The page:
First built as a dispensary during colonial times, this impressive four story building has a long and interesting history. After serving as a charitable institution as well as a series of apartments, it fell into a state of disrepair during the revolution, but was successfully restored to become a respected, thriving cultural site. Located right on Zanzibar‟s seafront, The Old Dispensary is now the town‟s cultural center and houses its own restaurant along with several shops and offices. There‟s also a hookah bar on the second floor for those looking to explore the night life. This symbol of multi-cultural Zanzibari architecture is not to be missed in your travels to Stone Town.

Menai Bay is a great location for learning about marine ecology and seeing dolphins, whales, and sea turtles in their natural environment. Over 400 different fish species and other marine life can be found in the protection area, which has a surface area of about 470 square kilometers.

Adventuresome tourists can go on boat cruises to discover the marine life and mangrove forests that line the shore, which is a different and thrilling experience. The region is a haven for birdwatchers because it is home to several bird species, such as mangrove kingfishers and pied kingfishers.

If you love trying new flavours, a spice farm tour is for you. You will love getting to see how all of your favourite spices are grown. Visitors to the trip are taken through an active spice farm where they can see and smell a variety of spices, including nutmeg, cinnamon, and cloves. Visitors can discover more about the medical benefits of these herbs and spices as well as how they are utilized in Zanzibari cuisine.

Pemba, which is roughly 50 km north of Zanzibar, is a lesser-known ecotourism location that is worthwhile visiting. The island is home to a variety of animals, including the Pemba flying fox, thick mangrove forests, and pristine coral reefs. In addition to visiting traditional villages and learning about the island’s rich cultural past, tourists can take guided excursions and go on treks to explore the island.

This one-of-a-kind conservation initiative is situated in Nungwi, on the island’s northernmost point. By encouraging sustainable fishing methods and educating tourists on the significance of coral reef conservation, the project seeks to protect the coral reefs in the area.In addition to taking part in guided snorkeling tours to explore the beautiful coral reefs, visitors may witness a variety of fish and other marine species in their natural habitat.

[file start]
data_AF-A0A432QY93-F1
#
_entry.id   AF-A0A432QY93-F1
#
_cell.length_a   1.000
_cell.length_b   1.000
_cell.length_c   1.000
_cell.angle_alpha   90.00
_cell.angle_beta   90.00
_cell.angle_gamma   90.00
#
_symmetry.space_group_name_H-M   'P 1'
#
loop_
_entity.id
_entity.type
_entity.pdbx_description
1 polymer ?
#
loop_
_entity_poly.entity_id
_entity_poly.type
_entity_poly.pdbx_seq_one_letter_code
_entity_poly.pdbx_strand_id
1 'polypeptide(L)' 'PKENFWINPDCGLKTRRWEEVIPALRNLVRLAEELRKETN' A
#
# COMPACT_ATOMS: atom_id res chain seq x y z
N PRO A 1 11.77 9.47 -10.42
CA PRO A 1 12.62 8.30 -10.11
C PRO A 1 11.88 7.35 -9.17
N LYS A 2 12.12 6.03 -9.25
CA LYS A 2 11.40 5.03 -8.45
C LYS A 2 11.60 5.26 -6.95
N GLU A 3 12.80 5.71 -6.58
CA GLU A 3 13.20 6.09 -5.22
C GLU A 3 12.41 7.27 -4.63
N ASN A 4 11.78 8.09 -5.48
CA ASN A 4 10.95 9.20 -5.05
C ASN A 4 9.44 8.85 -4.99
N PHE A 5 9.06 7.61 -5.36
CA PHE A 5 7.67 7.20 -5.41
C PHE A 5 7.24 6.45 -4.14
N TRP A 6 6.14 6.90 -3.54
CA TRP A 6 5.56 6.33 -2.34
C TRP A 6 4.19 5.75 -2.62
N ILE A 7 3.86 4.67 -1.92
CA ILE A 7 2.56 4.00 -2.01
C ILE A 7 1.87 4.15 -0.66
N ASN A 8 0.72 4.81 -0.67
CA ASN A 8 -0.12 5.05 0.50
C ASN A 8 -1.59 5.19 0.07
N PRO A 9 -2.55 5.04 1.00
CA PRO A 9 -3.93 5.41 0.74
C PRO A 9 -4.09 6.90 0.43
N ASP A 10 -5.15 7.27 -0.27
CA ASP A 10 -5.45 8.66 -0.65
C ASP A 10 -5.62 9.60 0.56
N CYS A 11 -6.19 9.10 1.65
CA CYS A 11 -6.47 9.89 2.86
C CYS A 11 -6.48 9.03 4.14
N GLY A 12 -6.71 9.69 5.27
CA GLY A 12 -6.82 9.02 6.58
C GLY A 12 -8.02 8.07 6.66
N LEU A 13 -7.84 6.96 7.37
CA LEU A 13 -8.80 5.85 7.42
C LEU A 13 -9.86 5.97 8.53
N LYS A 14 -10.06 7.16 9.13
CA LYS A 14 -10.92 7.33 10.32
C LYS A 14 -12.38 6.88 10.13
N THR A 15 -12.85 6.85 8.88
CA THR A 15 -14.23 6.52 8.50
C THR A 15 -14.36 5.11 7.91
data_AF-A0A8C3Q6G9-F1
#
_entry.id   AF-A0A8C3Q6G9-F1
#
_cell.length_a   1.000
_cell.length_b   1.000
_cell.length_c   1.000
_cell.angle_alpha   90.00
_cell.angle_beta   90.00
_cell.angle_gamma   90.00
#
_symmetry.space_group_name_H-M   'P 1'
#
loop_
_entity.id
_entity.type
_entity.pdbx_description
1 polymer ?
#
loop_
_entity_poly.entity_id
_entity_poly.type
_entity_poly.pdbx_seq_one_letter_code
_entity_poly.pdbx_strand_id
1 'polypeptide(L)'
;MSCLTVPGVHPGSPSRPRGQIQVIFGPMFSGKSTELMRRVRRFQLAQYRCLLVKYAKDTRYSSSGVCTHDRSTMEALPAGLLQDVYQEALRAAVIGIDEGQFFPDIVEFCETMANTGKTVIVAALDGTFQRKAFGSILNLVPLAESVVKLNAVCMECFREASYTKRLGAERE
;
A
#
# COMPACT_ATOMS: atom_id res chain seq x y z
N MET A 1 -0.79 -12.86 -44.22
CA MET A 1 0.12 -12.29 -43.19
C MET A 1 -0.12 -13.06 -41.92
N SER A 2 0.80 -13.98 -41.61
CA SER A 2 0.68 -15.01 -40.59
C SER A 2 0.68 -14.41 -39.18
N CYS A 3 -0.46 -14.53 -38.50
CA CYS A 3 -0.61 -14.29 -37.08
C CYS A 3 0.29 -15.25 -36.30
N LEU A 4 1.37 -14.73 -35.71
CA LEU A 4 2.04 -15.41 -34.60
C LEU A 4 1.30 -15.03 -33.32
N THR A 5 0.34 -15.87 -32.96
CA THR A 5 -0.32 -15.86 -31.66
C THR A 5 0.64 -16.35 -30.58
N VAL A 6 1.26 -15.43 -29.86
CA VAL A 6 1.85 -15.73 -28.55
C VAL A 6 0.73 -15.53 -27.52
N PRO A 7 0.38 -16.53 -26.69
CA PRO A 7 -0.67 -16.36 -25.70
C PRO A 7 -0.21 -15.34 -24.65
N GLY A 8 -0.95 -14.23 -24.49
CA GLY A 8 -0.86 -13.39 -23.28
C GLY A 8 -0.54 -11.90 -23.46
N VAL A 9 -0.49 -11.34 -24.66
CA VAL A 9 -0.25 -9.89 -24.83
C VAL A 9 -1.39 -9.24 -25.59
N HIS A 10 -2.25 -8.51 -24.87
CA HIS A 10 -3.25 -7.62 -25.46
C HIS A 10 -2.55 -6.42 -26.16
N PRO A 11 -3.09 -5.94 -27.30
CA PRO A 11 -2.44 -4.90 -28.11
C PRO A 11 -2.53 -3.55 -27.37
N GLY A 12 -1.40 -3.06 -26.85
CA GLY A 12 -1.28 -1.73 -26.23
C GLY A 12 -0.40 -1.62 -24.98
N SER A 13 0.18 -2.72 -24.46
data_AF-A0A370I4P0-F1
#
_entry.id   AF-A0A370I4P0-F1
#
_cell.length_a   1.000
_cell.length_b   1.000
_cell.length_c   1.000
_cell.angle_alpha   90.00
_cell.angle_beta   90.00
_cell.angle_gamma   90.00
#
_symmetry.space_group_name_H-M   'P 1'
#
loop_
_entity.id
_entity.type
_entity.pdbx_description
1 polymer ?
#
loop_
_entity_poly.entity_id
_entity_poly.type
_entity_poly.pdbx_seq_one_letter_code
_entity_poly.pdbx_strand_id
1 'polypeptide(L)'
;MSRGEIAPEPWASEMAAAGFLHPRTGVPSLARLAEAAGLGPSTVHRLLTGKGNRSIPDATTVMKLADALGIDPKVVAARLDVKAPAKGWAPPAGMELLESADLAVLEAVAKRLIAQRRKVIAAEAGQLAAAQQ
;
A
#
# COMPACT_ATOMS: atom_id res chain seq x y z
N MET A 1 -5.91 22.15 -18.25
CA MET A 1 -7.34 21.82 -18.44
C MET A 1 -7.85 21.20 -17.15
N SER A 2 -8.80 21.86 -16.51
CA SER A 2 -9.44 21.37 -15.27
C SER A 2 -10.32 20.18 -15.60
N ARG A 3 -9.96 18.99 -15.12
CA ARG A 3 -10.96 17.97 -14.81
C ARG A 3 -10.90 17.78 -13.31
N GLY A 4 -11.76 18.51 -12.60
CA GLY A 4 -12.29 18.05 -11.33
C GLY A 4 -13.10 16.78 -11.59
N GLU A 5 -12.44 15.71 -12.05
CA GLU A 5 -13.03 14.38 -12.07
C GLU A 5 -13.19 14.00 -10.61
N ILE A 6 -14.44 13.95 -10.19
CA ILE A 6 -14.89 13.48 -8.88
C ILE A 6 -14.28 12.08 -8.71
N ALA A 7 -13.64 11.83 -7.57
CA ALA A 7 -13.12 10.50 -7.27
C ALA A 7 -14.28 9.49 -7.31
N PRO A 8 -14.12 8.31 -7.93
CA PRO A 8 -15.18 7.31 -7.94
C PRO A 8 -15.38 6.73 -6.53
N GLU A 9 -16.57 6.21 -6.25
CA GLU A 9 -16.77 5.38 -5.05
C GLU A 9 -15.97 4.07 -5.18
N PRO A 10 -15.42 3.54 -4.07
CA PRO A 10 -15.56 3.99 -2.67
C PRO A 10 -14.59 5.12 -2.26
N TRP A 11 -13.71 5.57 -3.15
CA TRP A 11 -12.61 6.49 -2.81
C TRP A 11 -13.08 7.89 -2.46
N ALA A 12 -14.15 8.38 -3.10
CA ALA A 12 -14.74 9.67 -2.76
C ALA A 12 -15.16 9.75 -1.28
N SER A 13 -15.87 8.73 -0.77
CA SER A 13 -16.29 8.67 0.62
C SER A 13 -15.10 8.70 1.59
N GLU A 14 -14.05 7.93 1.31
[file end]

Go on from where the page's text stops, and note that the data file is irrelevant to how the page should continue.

Uninhabited Chumbe Island, which is 12 kilometers (7.5 miles) south of Zanzibar Town, was made Zanzibar’s first marine reserve, and it now offers an amazing underwater experience within the bounds of highly regulated eco-tourism. The pristine shallow-water reefs are home to 370 different species of fish, unique birds, and turtles. The Chumbe coral reef is a protected sanctuary which is famous for its coral diversity, holding over 80% of the coral diversity found in East Africa

Prison island is one of those places that you may find it somewhat too touristy, but I would recommend that you don’t skip a visit. The island got its name back in 1890 when a prison was built, where slaves would be imprisoned. However, upon the completion of the construction, the plan was never put into action. Instead, it was used as a place to quarantine people who were diagnosed with yellow fever. The island is also home to giant tortoises which were brought to Zanzibar years ago from the Seychelles. The oldest one is known to be 192 years old!

There are different areas of Zanzibar where you may go for your holiday and what to expect at each:

  • Zanzibar East Coast:
    Home to the island’s best and most idyllic beaches, the east coast is home to a wide range of lodges and hotels but the tidal aspect of the Indian Ocean may mean you have walk to go swimming or snorkelling. The east coast is much more tide dependent compared to the rest of the island and is also windier. This makes it great for those wanting to kitesurf.
    Where to Stay:
    Midrange Hotel: Pongwe Beach Hotel, Pongwe Bay Resort, Uroa Bay Beach Resort, Paradise Beach Resort
    Budget Hotel: Palumbo Reef Beach Resort, Samaki Lodge, Seasons Lodge
  • Zanzibar North Coast:
    The further north on Zanzibar you go, the more private and less crowded the beaches are. The north coast is also least affected by the tidal range. Popular beaches include Nungwi in the northernmost tip which hosts great diving spots, and Kendwa, which is known for its full moon and evening parties.
    Where to Stay:
    Luxury Hotels:
    Mnemba Island, Hideaway of Nungwi, Star of the East, Kilindi, Essque Zalu
    Midrange Hotels: Myblue Hotel, Royal Zanzibar Beach Resort, Gold Zanzibar Beach House & Spa, Double Tree by Hilton, Diamonds La Gemma Dell’est